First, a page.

Today biopharma is still tough to get into, but regretfully, it isn’t respected like when Dick Davis first gave me my shot. How did we let our industry get so far off the reputation rails, and what, if anything can be done to fix it? This is a question that has bothered me for well over a decade, and I think it time we, as an industry, begin doing something about it.
When putting together the article involving biopharmaceutical industry CEOs for Life Science Leader’s 2018 annual outlook issue, one of the questions posed was around this topic. And as we didn’t have room to share all the responses in the print edition, we opted to include them here in our increasingly popular, Beyond The Printed Page online exclusive section of the publication. And while I hope you enjoy reviewing the responses, let it be known, this will not be the last you hear from me on this topic. For unless we decide to take an active role in becoming part of the solution, our reputation woes will remain a prohibitive problem.
WHAT SHOULD BIOPHARMA LEADERS BE DOING IN 2019 TO REPAIR THE INDUSTRY’S BROKEN REPUTATION AND IMAGE?
Nazli Azimi, PharmD, Ph.D., founder and CEO, Bioniz Therapeutics: I have watched the TV campaign series, GOBOLDLY, launched in 2017 by the PhRMA and liked it. It is certainly inspiring, truthful, and as the name implies, bold. It makes me feel good about what I do as a scientist/executive of an emerging biotech company. Further, it tells the story of what most of us are trying to achieve in this industry: bringing innovative medicines to help patients. And yet part of me feels uneasy watching this uplifting ad. While it is full of promise for the future, the ad comes short of repairing the damaged reputation of our industry, because it does not address the “Shkreli” type behavior. In the eyes of the public, there is no distinction between a true innovative biopharma company and the other sort; they are all evil! I believe it is very important to continue with the BOLD and HONEST campaigns to educate the public that a few bad apples do not ruin the whole bunch.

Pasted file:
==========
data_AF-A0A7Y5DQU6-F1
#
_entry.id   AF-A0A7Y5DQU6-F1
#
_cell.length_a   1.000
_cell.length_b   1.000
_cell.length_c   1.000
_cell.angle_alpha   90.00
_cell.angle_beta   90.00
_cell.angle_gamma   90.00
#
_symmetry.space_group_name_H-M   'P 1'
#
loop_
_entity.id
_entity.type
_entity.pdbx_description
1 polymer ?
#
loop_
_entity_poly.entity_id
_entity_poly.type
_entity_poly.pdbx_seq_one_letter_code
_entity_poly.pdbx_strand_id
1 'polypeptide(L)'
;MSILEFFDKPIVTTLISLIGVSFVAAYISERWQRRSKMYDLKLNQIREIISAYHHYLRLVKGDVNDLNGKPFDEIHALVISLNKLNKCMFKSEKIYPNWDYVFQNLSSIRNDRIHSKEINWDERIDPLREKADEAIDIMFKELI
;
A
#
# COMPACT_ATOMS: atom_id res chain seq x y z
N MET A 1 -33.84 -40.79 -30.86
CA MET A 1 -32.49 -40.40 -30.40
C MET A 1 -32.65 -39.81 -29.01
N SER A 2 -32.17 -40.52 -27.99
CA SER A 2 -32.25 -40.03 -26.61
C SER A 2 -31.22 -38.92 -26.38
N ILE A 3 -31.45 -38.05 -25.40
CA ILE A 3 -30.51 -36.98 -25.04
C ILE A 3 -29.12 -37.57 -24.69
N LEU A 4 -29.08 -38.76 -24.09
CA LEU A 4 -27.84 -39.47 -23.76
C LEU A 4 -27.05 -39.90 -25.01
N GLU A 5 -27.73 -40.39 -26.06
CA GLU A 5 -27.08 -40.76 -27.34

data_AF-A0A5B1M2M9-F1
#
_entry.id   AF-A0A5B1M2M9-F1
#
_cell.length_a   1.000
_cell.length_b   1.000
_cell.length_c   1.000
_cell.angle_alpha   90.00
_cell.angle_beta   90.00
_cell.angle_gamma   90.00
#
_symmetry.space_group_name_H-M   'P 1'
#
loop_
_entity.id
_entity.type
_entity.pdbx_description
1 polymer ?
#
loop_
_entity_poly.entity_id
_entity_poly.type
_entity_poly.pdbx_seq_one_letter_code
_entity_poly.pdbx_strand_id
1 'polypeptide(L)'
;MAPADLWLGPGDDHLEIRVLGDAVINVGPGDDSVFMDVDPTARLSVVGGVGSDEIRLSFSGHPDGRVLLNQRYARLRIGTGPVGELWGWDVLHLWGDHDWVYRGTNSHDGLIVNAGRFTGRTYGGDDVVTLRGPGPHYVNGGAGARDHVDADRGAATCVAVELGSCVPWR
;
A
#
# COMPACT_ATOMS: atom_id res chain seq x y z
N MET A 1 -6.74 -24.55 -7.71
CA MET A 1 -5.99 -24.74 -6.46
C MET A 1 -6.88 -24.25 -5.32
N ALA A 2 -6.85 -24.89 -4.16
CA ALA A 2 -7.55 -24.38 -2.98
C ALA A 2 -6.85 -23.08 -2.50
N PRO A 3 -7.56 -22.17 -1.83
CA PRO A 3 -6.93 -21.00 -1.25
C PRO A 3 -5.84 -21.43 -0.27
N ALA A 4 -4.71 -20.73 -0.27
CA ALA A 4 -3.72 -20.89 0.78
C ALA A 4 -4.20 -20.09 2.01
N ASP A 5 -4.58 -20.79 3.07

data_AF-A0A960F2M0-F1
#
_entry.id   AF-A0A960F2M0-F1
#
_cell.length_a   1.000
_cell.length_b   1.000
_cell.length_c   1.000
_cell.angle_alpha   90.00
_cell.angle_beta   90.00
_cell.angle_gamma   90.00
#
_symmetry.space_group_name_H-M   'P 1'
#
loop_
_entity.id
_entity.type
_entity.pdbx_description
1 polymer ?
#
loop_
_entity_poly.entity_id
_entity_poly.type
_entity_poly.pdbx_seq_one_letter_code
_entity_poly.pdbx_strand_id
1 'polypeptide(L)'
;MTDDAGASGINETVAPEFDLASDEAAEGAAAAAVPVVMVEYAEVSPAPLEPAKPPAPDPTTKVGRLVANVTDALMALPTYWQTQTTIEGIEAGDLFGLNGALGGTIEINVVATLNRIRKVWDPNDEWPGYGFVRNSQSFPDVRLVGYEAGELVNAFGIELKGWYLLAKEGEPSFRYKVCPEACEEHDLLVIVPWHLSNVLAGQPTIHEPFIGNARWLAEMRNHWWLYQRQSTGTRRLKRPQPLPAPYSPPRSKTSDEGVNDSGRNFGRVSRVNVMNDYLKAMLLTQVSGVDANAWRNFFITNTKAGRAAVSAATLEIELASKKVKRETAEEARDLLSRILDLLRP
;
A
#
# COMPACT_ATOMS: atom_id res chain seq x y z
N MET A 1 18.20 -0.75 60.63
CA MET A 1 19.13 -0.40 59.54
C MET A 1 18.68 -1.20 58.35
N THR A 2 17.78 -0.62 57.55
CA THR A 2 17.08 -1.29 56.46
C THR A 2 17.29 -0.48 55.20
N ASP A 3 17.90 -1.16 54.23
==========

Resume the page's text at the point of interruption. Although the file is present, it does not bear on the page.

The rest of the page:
Tim Mayleben, president and CEO, Esperion Therapeutics: In 2019 and beyond, we need to put our words into action by coming together as an industry and with others across the healthcare system to address the drug pricing issue. Almost any other industry you can think of has greater transparency in pricing its products. For example, if you want to buy a car, there are countless apps, tools, and websites to provide information on what others have paid for almost any brand, model or year. This makes us feel we have more control and reduces the probability that we will overpay for a car. While buying a car is not nearly the same as buying life-saving drugs, we need a similar model of pricing transparency in our industry. This will not happen immediately and there are significant challenges. As leaders in our industry, we need to work now to overcome these challenges and to accept and act on the criticism around existing opaque pricing structures. The greatest long-term benefit of thoughtful, well-implemented pricing transparency is rebuilding trust with patients and payers and a greater understanding of and appreciation for the value of what we do as the innovative drug development industry.
George Nakayama, representative director, chairman and CEO, Daiichi Sankyo: In Japan, doctors, as well as pharmaceutical companies, are highly respected. It is fair to say that this great reputation is based on the public trust that doctors and medical researchers have built over centuries.
At the same time, we need to understand that one mistake or misguided decision can cause an instant collapse in public trust. To prevent such risks, we fully cooperate with regulatory authorities and ethical guidelines to ensure compliance, further improving transparency and providing accurate and fair balanced information to our stakeholders, including medical professionals.
A pharmaceutical company’s most valuable contribution is a safe and effective medication that improves and extends lives. We must continue to innovate, opening the path to new treatments for patients without options, and treatments that improve the standard of care. From there, we must continue to address unmet needs in developed countries and emerging economies and continue to carry out global initiatives that help improve medical access all over the globe.